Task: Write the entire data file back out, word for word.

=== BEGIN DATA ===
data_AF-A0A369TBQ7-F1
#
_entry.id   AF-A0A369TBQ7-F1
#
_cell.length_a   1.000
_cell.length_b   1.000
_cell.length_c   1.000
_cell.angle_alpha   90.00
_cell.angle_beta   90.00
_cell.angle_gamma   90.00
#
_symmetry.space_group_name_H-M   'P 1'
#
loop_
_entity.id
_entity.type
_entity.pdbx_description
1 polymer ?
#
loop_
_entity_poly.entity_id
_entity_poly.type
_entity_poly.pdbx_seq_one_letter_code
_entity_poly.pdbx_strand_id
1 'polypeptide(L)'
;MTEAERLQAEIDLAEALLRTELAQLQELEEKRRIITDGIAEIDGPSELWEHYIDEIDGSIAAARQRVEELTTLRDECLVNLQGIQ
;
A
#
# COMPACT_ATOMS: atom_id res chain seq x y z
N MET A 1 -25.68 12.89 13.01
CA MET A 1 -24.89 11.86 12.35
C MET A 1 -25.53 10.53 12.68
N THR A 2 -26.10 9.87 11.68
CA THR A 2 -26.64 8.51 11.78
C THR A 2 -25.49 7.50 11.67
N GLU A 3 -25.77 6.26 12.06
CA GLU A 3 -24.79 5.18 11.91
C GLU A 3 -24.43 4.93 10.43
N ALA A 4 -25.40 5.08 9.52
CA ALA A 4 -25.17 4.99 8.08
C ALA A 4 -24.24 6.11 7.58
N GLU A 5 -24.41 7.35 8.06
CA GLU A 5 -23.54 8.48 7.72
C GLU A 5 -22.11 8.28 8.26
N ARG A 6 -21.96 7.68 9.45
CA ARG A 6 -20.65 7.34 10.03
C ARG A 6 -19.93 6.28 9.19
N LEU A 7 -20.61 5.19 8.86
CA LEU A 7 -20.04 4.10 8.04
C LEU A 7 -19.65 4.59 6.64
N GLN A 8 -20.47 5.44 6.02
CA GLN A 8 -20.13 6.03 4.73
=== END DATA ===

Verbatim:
data_AF-A0A369TBQ7-F1
#
_entry.id   AF-A0A369TBQ7-F1
#
_cell.length_a   1.000
_cell.length_b   1.000
_cell.length_c   1.000
_cell.angle_alpha   90.00
_cell.angle_beta   90.00
_cell.angle_gamma   90.00
#
_symmetry.space_group_name_H-M   'P 1'
#
loop_
_entity.id
_entity.type
_entity.pdbx_description
1 polymer ?
#
loop_
_entity_poly.entity_id
_entity_poly.type
_entity_poly.pdbx_seq_one_letter_code
_entity_poly.pdbx_strand_id
1 'polypeptide(L)'
;MTEAERLQAEIDLAEALLRTELAQLQELEEKRRIITDGIAEIDGPSELWEHYIDEIDGSIAAARQRVEELTTLRDECLVNLQGIQ
;
A
#
# COMPACT_ATOMS: atom_id res chain seq x y z
N MET A 1 -25.68 12.89 13.01
CA MET A 1 -24.89 11.86 12.35
C MET A 1 -25.53 10.53 12.68
N THR A 2 -26.10 9.87 11.68
CA THR A 2 -26.64 8.51 11.78
C THR A 2 -25.49 7.50 11.67
N GLU A 3 -25.77 6.26 12.06
CA GLU A 3 -24.79 5.18 11.91
C GLU A 3 -24.43 4.93 10.43
N ALA A 4 -25.40 5.08 9.52
CA ALA A 4 -25.17 4.99 8.08
C ALA A 4 -24.24 6.11 7.58
N GLU A 5 -24.41 7.35 8.06
CA GLU A 5 -23.54 8.48 7.72
C GLU A 5 -22.11 8.28 8.26
N ARG A 6 -21.96 7.68 9.45
CA ARG A 6 -20.65 7.34 10.03
C ARG A 6 -19.93 6.28 9.19
N LEU A 7 -20.61 5.19 8.86
CA LEU A 7 -20.04 4.10 8.04
C LEU A 7 -19.65 4.59 6.64
N GLN A 8 -20.47 5.44 6.02
CA GLN A 8 -20.13 6.03 4.73